CHARLOTTE, N.C. -- Ray Evernham still laughs when people claim the T-Rex Chevrolet that Jeff Gordon drove to victory in the 1997 Winston All-Star race was illegal.
"That car had no cheating on it," said Evernham, then Gordon's crew chief at Hendrick Motorsports. "That car was built by what the rules were, and it never became illegal until after The Winston when NASCAR wrote rules to make the car illegal."
The car in large part was the engineering marvel of Hendrick engineer Rex Stump, who at Evernham's request built a car that pushed the limit of every gray area in NASCAR's rulebook without crossing the line into cheating.
It single-handedly forced NASCAR to add several pages to its rulebook and sparked the engineering boom the sport enjoys today.
"Gary Nelson had seen the car as it was being built," Evernham said of the former director of NASCAR's premier series and initial developer of the Car of Tomorrow. "That car was perfectly legal until after The Winston, when other car owners complained and said they would have to build all new cars to keep up with that car.
"So NASCAR then rewrote a lot of rules to make that car illegal."
The car didn't consist of a lot of trick gadgets like those some of NASCAR's great cheaters were known to employ then and even today.
It was completely an engineering creation, from the way the rear springs and shocks were mounted to the raised door bars and front struts to the stiffness of the frame and the size of the tubing that allowed the floor pan to be raised inside the car a half inch.
"The rear suspension was different on the car, the way all the bracing was done and whatnot," Evernham recalled. "That car had what we called raised door bars and raised front struts.
"The chassis itself was built differently than our other stuff. But it wasn't cheating. There were no rules against it."
Evernham said a variation of the car actually had been used by other Hendrick drivers without much success.
"There were a couple of times people ran the car, and nobody really like it," Evernham said. "They just didn't give it what they wanted. I was kind of the guy that would try stuff for Rex.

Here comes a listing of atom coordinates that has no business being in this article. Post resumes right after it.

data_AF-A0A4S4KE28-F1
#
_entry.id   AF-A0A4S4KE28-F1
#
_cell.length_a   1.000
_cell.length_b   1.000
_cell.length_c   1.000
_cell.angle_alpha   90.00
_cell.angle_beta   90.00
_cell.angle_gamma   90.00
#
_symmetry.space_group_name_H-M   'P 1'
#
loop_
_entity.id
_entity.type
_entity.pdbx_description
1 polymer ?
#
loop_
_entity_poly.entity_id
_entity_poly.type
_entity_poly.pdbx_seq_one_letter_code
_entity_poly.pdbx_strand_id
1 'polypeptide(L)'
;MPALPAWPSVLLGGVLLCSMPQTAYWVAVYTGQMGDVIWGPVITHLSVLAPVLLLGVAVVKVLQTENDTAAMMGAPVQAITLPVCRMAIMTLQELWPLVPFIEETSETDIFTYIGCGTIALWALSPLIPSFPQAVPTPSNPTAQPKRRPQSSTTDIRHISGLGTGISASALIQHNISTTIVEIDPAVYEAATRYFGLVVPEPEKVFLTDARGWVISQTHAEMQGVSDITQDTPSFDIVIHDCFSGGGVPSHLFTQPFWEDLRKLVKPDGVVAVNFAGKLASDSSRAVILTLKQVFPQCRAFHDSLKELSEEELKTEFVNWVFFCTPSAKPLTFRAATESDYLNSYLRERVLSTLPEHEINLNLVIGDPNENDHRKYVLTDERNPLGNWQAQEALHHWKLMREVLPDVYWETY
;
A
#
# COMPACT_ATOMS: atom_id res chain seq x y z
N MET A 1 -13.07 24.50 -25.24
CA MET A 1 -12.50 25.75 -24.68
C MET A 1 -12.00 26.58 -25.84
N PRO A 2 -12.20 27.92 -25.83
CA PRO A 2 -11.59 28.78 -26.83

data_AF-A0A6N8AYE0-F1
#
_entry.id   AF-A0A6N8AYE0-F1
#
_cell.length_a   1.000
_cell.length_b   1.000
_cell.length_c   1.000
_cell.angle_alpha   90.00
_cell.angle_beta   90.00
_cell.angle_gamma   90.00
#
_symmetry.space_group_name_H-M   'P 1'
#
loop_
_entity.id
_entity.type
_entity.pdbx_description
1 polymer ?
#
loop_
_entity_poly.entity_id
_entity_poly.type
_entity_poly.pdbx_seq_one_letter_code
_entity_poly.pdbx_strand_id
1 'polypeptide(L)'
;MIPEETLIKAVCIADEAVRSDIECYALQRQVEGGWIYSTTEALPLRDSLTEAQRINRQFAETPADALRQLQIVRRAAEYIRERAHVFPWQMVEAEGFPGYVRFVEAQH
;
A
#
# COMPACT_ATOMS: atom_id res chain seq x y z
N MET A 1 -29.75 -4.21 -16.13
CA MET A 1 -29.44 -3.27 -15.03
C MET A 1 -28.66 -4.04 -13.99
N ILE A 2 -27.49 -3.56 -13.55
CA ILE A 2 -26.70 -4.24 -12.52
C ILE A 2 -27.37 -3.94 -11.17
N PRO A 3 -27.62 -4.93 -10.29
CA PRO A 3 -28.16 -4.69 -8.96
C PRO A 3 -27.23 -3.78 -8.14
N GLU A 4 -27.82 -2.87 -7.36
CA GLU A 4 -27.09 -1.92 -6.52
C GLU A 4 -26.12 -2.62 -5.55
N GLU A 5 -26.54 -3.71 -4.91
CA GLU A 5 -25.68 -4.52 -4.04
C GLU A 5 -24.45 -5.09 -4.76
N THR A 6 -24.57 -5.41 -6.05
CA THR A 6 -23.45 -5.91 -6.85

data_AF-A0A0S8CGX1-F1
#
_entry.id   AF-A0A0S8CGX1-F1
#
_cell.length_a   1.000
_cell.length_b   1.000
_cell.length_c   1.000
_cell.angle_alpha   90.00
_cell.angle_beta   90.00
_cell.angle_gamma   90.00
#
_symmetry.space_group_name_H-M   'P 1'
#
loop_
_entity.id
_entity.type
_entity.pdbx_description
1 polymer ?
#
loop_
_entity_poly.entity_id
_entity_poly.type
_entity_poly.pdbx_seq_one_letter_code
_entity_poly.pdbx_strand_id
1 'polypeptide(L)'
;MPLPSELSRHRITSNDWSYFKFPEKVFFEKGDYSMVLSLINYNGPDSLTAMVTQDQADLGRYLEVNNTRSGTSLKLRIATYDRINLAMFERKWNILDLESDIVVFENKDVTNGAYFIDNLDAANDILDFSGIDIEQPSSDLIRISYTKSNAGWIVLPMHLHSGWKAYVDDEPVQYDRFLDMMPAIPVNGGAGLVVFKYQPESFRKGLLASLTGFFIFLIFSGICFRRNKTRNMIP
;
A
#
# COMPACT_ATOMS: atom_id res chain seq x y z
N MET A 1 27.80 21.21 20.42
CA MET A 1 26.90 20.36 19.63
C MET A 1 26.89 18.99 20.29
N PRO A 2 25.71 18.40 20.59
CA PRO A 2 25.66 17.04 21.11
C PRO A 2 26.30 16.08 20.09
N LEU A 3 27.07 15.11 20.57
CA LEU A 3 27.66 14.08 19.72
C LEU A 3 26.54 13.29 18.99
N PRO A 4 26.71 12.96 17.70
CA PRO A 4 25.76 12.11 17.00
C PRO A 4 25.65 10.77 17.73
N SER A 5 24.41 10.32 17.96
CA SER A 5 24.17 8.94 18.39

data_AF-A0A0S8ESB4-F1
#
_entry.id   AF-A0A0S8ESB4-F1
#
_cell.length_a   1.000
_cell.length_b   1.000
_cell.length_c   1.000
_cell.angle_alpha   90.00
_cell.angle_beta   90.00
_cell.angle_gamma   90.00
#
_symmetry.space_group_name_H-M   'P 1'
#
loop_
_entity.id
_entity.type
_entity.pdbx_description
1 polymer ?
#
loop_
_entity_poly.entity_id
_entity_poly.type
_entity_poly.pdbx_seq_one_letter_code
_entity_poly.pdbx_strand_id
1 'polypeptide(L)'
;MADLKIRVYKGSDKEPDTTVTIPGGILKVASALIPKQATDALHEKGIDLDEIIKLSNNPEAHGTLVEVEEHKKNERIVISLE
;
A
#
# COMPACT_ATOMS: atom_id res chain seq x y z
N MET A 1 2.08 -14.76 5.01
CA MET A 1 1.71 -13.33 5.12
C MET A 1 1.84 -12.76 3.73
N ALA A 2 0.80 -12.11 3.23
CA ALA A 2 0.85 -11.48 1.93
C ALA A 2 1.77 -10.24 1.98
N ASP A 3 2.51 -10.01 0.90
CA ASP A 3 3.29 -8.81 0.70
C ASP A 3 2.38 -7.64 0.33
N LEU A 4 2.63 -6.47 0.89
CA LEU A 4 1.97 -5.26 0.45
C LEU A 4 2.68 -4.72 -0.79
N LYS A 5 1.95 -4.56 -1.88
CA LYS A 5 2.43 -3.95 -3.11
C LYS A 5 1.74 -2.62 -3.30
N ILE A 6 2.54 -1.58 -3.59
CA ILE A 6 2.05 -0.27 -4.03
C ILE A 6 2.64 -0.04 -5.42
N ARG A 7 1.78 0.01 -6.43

Gary Nelson had seen the car as it was being built. That car was perfectly legal until after The Winston, when other car owners complained and said they would have to build all new cars to keep up with that car. So NASCAR then rewrote a lot of rules to make that car illegal.
"So we took the car to Charlotte and tested, tested and tested and happened to hit on something that made the car go really fast."
Evernham said the car was about a decade ahead of its time in terms of engineering.
"It used the bottom of the car for aerodynamics," he said. "Now, everybody gets the nose real close to the ground with the spoiler. That car could kind of do the same thing without having to do that.
"Rex started with a clean sheet of paper and built the car in the true sense of engineering the way the car should be built."
The car earned Evernham a reputation for pushing the gray area that continued into this season, when all three of his Evernham Motorsports cars were penalized after failing post-qualifying inspection for the Daytona 500 in February.
The car was so sophisticated that NASCAR seized it as an educational tool.
"I would say that Rex is really the guy that was ahead of the curve for engineering in the sport," said Evernham, who was fined $60,000 by NASCAR in 1995 for using illegal suspension parts on Gordon's car. "He started running simulations way before the other guys came on board.
"And that goes back to Rick [Hendrick] being willing to start an engineering department when nobody else would."
David Newton covers NASCAR for ESPN.com. He can be reached at firstname.lastname@example.org.